PLANO, Tex. — J.C. Penney Co. is keeping the faith.

Despite the mood of disappointment that prevailed at the $32.3 billion retailer’s annual shareholders’ meeting Friday at company headquarters here, its executives remained confident that the 1,049-unit moderate giant will complete its five-year turnaround plan that kicked off two years ago.

Penney’s is struggling to rebound from a punishing first quarter that saw comp-store sales plunge 4.9 percent, a slump magnified by economic uncertainty and a difficult retail environment marked by tight-fisted, value-seekingshoppers.

Vanessa Castagna, executive vice president, chairman and chief executive officer of Penney’s stores, catalog and Internet, blamed the first-quarter downturn on inconsistencies in offering newness and fashion in every category and disappointing consumer response to its marketing events, among other problems.

“The past three months have represented one of the most difficult retailing environments in recent memory,” said Allen Questrom, chairman and chief executive officer.

“Although I am disappointed with the company’s execution, results for the first quarter should not detract from the significant progress we have made in improving the fundamentals of our business over the past two years. We know that we have many opportunities for further improvement, and our strong financial condition supports our business initiatives.”

Penney’s expects comp-store sales this year to inch up just 1 percent, though it didn’t rule out the chance of slightly higher gains, should the U.S. economy improve.

Penney’s stores, catalog and Internet generated $17.7 billion last year. Its department stores had comp-store sales gains of 2.5 percent, lead by home, jewelry, accessories and apparel. Weak areas included dresses, shoes and cosmetics.

In 2002, Penney’s popular Internet business saw gains of 17.8 percent while catalog sales declined 22 percent, a slide that was below expectations despite the category’s ongoing revamp.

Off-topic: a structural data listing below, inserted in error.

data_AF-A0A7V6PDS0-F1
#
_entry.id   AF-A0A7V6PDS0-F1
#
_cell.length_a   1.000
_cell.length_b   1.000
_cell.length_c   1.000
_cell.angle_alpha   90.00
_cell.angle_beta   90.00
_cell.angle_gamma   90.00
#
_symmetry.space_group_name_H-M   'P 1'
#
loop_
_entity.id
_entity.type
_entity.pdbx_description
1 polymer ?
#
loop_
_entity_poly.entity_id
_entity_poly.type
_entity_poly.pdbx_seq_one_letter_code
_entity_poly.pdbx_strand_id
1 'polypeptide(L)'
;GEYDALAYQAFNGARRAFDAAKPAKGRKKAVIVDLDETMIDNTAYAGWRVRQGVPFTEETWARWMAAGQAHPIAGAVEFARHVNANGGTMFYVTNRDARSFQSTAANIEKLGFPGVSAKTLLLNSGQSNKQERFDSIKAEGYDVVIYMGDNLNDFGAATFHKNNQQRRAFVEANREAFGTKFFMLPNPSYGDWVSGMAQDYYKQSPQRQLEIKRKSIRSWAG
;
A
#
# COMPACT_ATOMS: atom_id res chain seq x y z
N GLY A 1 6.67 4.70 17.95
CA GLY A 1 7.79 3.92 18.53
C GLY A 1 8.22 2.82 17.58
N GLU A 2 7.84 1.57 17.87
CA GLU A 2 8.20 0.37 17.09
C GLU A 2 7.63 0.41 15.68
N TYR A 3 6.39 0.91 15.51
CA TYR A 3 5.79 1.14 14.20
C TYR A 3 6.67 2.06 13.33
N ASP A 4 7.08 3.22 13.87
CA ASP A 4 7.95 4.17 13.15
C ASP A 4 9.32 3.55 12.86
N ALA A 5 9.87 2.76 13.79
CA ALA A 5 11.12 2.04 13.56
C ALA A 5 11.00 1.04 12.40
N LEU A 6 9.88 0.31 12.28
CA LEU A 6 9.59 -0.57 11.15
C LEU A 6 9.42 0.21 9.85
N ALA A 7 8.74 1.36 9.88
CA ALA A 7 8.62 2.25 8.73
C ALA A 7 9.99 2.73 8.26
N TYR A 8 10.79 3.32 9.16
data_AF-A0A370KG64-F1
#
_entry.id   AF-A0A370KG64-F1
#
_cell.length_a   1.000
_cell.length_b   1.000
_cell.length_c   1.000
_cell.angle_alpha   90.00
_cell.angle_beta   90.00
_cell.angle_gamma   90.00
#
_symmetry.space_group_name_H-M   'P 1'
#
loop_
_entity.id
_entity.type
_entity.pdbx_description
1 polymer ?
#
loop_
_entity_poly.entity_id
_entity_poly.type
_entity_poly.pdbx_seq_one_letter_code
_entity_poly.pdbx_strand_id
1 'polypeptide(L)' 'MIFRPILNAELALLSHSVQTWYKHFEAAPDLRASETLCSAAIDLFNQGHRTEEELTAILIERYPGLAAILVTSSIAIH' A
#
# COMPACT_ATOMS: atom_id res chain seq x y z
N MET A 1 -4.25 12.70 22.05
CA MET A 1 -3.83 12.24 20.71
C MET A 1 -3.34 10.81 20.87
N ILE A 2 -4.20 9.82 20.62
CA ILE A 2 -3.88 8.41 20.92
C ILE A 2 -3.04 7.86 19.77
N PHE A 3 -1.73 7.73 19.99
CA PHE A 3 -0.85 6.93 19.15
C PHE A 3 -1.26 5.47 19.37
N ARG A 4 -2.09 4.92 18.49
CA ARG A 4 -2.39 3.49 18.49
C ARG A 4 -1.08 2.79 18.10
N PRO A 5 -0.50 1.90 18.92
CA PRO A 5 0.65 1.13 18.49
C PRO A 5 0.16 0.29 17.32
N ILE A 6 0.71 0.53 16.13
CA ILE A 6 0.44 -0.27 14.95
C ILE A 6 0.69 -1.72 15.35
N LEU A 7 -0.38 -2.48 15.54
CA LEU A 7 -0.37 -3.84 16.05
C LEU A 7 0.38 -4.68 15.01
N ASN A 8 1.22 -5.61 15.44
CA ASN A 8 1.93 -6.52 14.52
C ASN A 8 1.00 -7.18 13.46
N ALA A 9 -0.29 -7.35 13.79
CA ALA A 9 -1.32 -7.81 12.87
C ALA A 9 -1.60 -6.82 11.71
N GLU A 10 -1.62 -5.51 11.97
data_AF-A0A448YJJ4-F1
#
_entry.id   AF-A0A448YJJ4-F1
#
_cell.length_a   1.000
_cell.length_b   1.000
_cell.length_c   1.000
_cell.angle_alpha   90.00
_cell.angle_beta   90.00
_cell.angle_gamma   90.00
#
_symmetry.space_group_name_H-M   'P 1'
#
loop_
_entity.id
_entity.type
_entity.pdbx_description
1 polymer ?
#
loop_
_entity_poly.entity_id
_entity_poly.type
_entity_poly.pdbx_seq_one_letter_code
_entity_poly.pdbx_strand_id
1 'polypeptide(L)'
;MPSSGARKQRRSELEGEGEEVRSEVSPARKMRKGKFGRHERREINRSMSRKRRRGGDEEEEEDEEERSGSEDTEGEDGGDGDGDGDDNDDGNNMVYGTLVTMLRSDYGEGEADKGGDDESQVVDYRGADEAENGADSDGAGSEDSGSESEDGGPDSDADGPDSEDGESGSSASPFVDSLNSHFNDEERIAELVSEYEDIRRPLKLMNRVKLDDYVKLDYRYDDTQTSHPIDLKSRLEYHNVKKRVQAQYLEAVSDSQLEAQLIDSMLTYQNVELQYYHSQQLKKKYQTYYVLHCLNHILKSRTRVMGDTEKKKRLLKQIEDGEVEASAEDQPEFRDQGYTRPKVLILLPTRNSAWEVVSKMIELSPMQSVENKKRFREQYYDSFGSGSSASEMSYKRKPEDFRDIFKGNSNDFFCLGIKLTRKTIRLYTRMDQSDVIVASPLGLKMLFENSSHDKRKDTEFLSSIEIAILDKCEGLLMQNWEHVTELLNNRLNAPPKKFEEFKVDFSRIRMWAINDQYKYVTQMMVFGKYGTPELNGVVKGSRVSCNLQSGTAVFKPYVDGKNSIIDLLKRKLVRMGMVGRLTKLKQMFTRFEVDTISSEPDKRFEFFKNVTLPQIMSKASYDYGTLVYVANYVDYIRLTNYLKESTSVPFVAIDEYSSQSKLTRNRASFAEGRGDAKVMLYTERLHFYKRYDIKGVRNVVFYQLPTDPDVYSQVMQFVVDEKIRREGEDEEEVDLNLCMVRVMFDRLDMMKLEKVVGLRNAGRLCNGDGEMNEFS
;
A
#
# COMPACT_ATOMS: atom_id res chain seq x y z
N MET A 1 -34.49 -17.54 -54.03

“In summary, 2002 marked a year of good, solid progress for our department stores. Last year, our department stores moved toward full implementation of centralization. It has affected every part of the organization: merchandising, marketing and all of the operating process,” Questrom added.

“But now, as the massive structural change of going from decentralized to centralized is getting near the end, the department store team can fully focus on their five key strategic priorities: merchandise, marketing, store environment, expense control and the right people in the right jobs.”Questrom emphasized that Penney’s turnaround goals are “to sell fashionable, trend-right, high-quality apparel and soft home merchandise at great value prices to the moderate and value-conscious customer in the malls. And there’s been good progress toward that goal in every part of our department store organization. Our goal is also to capitalize on our unique and competitive advantage of being a three-channel retailer. For our customers, that means more sizes, more colors and more convenience available in any way they want to shop.”

Questrom said Penney’s $381 million Internet business remains the fastest-growing part of the company, serving more than five million unique customers a month.

Castagna said Penney’s continues to win new fashion customers with its mix of private and national brands, and that current women’s bestsellers include woven tops, activewear, accessories and fine jewelry. She said current apparel inventories are higher than plan but that the problem should be remedied by fall, in time for back-to-school.

Conversely, home inventories are leaner than a year ago, and the category remains a star at Penney’s. “Furniture has made a lot of progress,” said Castagna. “We’re focusing on really truly moderate price points and a better balance of assortments that will appeal to younger shoppers.”

Penney’s plans to launch three freestanding department stores in November that will average 78,000 square feet and feature tightly edited merchandise mixes. The stores will be in Dallas, Indianapolis and Minneapolis.

“Only six to seven new malls are being built this year in the U.S.,” said Questrom, who said though Penney’s remains a mall-based business, it will continue to explore new avenues for growth.

As reported, Penney’s also plans to roll out fashion jewelry departments to all stores by July 1 and to focus more on fine jewelry.

Penney’s 2,686-unit Eckerd Drugstores division, with $14.6 billion in sales, had comp-store sales gains of 5.2 percent last year, lead by a 7.6 percent increase in pharmacy business. Eckerd is in the midst of revitalizing stores with a fresher and more vibrant look and more competitive value-driven prices.

Besides its Penney’s and Eckerd divisions, the company operates 54 Lojas Renner better department stores in Brazil.

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